What are the average waiting times to see doctors in France?

A new report spells out just how long patients should expect to wait to see a doctor in France. Those needing to see certain specialists can expect a lengthy delay.

What are the average waiting times to see doctors in France?
Photo: AFP

A new report from the statistics department at France's health ministry has revealed that waiting times to see a doctor in France can vary between 6 and 80 days.

How much patience you must have depends on what kind of doctor you need to see with certain specialists less available than others.

After statistics department Drees analysed 23, 500 medical appointments from over 10,000 adults in France between 2016 and 2017 it concluded that the average wait to see a GP in France, from the moment you contact the doctor to the consultation itself, is six days.

It's a different story for specialists, for example the average waiting time to see a pediatrician is is three weeks and it's the same waiting time for a radiologist.

The average time to see a dentist is one month and for a gynecologist it's six weeks. For anyone with heart issues you might have to wait up to 50 days to see a cardiologist, two months for a dermatologist and up to 80 days for an ophthalmologist.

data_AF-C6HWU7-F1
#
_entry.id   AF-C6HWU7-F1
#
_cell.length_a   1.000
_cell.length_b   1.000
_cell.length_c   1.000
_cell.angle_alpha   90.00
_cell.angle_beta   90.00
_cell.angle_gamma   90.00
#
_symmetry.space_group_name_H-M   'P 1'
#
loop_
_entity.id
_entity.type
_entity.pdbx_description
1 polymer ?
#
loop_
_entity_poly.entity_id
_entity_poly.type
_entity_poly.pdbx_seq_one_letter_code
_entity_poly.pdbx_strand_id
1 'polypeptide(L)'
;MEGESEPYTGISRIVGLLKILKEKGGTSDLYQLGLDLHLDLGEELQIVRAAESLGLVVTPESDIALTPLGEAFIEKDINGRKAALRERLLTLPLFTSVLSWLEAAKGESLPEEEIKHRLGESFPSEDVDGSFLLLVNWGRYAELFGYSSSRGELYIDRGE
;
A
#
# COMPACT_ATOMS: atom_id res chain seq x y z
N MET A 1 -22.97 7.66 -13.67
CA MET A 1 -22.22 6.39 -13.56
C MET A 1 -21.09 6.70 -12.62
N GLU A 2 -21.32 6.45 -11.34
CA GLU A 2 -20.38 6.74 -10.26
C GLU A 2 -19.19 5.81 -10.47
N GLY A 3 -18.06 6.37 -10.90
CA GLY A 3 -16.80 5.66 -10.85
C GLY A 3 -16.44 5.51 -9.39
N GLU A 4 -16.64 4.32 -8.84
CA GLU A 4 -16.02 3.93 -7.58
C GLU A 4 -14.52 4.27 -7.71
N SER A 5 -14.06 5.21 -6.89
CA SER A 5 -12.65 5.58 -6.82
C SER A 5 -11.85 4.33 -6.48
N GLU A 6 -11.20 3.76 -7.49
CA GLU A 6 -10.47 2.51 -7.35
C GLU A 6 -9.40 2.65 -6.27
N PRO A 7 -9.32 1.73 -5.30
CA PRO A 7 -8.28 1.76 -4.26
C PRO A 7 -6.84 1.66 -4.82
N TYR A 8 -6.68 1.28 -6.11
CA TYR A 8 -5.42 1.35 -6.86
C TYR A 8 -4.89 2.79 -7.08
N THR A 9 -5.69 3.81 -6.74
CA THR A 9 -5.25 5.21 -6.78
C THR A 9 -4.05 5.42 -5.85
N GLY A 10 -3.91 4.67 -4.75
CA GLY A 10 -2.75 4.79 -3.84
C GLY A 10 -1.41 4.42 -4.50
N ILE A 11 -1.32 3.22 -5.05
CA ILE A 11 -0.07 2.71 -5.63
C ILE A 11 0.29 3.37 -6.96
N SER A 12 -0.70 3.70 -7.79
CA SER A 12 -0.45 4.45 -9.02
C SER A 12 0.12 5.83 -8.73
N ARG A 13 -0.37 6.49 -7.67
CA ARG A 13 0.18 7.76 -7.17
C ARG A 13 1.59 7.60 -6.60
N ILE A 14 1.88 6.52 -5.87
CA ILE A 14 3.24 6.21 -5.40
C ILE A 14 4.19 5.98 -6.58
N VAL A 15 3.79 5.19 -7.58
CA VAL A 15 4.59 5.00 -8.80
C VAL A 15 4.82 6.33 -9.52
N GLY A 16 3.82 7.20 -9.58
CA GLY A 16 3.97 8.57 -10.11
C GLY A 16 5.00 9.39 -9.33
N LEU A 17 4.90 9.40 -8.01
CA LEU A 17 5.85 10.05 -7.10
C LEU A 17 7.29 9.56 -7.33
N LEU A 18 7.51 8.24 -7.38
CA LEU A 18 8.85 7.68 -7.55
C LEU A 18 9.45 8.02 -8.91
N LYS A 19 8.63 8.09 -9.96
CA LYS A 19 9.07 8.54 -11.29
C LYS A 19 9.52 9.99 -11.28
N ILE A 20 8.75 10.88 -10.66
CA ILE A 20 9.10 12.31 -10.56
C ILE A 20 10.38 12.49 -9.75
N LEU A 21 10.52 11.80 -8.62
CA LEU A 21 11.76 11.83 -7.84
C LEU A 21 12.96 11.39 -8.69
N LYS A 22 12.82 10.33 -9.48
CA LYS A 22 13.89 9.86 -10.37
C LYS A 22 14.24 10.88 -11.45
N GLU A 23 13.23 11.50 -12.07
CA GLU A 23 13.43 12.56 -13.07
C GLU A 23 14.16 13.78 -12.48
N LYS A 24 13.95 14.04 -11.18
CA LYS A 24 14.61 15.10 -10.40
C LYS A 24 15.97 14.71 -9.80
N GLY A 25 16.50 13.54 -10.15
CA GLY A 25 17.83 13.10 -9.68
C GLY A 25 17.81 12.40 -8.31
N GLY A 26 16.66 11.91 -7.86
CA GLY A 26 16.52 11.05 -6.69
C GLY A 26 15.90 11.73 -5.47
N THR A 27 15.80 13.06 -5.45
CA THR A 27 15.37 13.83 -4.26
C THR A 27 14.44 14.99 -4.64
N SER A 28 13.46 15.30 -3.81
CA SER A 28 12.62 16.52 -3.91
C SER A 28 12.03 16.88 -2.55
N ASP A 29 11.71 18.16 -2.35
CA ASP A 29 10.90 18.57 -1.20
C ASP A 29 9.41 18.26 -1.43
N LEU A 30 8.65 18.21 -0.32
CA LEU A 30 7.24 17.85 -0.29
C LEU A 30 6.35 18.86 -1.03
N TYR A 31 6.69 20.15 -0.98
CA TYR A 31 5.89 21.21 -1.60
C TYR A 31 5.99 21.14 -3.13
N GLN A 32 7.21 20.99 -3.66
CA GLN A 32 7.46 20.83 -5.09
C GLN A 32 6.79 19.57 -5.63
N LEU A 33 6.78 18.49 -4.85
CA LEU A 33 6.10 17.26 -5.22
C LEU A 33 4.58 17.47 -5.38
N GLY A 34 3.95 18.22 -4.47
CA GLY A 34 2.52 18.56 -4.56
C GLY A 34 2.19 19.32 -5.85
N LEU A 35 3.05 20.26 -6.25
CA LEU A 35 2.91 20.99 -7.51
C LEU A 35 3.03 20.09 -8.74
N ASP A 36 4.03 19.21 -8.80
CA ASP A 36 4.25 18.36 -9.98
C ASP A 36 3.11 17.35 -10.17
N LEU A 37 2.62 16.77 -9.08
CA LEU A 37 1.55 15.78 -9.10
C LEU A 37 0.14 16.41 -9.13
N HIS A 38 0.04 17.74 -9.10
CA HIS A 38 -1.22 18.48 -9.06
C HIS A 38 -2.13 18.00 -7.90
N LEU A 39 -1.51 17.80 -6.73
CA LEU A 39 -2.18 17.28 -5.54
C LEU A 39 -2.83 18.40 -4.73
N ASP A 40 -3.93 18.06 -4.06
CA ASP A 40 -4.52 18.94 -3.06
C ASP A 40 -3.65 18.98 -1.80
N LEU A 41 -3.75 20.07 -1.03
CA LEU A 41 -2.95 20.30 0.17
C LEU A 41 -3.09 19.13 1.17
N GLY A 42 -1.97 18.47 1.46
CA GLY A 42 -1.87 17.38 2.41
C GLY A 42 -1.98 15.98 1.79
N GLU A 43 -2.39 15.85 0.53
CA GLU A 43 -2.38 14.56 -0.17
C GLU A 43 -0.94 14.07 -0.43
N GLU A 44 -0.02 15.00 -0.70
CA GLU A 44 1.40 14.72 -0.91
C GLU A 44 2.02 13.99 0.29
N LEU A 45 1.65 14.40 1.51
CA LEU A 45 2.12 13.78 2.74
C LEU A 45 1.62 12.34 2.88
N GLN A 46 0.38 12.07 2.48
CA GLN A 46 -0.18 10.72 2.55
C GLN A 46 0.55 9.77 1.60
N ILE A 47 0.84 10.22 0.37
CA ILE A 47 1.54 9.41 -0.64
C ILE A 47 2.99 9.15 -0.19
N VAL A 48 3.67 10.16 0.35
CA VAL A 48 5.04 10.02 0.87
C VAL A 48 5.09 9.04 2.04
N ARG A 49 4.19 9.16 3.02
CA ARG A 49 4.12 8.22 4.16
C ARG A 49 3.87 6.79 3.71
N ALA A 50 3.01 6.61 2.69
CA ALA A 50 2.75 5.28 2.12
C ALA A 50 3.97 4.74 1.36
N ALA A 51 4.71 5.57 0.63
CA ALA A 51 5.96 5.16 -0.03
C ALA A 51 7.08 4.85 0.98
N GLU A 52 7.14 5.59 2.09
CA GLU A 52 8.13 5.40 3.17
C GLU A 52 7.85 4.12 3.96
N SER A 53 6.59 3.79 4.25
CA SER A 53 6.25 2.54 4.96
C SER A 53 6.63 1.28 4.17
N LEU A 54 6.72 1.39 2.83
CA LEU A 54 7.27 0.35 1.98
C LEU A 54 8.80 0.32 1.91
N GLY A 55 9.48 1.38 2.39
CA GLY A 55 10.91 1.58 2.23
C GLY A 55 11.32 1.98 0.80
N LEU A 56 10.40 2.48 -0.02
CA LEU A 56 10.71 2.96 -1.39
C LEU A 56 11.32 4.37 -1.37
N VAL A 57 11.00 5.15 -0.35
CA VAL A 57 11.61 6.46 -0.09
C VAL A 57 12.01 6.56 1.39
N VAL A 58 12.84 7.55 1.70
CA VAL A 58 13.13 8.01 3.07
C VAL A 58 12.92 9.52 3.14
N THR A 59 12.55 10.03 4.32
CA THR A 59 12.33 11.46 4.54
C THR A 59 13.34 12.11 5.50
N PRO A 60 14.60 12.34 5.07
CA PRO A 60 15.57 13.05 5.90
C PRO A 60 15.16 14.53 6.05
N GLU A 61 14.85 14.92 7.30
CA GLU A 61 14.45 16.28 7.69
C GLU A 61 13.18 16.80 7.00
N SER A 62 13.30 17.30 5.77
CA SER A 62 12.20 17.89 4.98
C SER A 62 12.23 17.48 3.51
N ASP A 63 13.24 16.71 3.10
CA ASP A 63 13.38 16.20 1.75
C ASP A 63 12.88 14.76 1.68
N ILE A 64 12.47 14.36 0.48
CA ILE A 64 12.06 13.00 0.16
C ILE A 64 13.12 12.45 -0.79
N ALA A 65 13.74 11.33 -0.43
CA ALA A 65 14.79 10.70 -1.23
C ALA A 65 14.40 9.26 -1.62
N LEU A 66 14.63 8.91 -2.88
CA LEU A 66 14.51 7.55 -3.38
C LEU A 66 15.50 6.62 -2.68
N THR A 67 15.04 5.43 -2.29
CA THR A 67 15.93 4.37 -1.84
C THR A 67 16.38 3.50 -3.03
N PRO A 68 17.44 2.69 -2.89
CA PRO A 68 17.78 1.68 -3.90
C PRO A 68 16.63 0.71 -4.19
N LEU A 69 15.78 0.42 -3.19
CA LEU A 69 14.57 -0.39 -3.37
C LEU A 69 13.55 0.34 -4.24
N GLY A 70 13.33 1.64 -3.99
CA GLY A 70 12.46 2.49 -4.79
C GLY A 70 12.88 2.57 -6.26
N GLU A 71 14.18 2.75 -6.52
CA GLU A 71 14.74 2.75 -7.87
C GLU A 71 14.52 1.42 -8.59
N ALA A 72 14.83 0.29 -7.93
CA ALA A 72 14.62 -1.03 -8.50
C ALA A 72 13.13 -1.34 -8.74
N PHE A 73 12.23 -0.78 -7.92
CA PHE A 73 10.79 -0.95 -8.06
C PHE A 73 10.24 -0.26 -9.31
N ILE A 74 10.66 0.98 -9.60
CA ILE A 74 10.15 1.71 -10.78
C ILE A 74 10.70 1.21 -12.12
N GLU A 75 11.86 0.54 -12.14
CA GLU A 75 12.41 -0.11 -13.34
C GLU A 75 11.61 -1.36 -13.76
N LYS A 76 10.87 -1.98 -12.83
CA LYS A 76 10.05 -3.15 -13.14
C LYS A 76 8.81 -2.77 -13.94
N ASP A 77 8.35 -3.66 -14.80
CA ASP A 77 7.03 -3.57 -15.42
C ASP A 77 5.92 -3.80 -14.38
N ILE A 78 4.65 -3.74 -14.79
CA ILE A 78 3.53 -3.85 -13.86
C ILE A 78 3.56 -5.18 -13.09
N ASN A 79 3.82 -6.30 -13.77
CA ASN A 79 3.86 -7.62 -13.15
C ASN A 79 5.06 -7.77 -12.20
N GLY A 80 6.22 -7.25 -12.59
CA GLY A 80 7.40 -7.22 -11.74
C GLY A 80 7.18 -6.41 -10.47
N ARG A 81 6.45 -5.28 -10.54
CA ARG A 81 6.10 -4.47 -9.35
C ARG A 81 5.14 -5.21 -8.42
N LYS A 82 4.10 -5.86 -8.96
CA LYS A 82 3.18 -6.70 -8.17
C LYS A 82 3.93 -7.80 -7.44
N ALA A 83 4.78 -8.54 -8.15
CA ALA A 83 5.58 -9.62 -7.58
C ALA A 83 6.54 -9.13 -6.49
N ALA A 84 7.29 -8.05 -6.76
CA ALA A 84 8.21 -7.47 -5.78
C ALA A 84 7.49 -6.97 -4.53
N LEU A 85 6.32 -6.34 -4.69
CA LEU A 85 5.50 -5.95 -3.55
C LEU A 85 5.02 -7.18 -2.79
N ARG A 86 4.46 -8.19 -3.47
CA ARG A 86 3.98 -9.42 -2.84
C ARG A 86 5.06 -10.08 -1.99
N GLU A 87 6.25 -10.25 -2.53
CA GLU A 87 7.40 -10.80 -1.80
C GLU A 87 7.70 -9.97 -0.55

While those waiting times may shock some readers, Drees made it clear that they are averages and the median waiting times showed most people see a doctor in France within two days, a dentist after 17 days and a gynecologist after 32 days.

The study revealed that when waiting times are too long over half of French people (56 percent) will contact other health professionals to seek help and around one third will simply give up the treatment.

A small minority (3 percent) will head to the emergency ward in hospitals to seek help.

Jean-Paul Ortiz,  the president of the Confederation French medical unions told France Info that it would be another eight or nine years before waiting times improved.

Ortiz said one of the main reasons for the long waiting times was simply a shortage of doctors.

“France cut the number of doctors in the 1990s because they said 'the less doctors, the less prescriptions, meaning more savings' as a way of cutting health costs,” he said.

He also blamed the fact the heavy paperwork burden on doctors in France for reducing the time they are available to patients.

READ ALSO: How France plans to transform its struggling heath system


The urgency of the appointment can also lessen the waiting times with doctors likely to give patients an appointment on the same day if they are suffering from specific symptoms.

However the agency also that where people are in the country also makes a difference to waiting times, with big cities like Paris and Lyon clearly having more specialists available than rural areas.

However the results of the study do not allow for any kind of map to show which parts of the country are worse than others for average waiting times.

The French government is planning a major set of reforms to try to boost its health system, which is struggling due to over-burdened hospitals are partso f the country that suffer from a lack of doctors.

One of the most immediate measures the government will take will be to move 400 GPs into the parts of the country that suffer from a lack of doctors, the so-called “medical deserts”.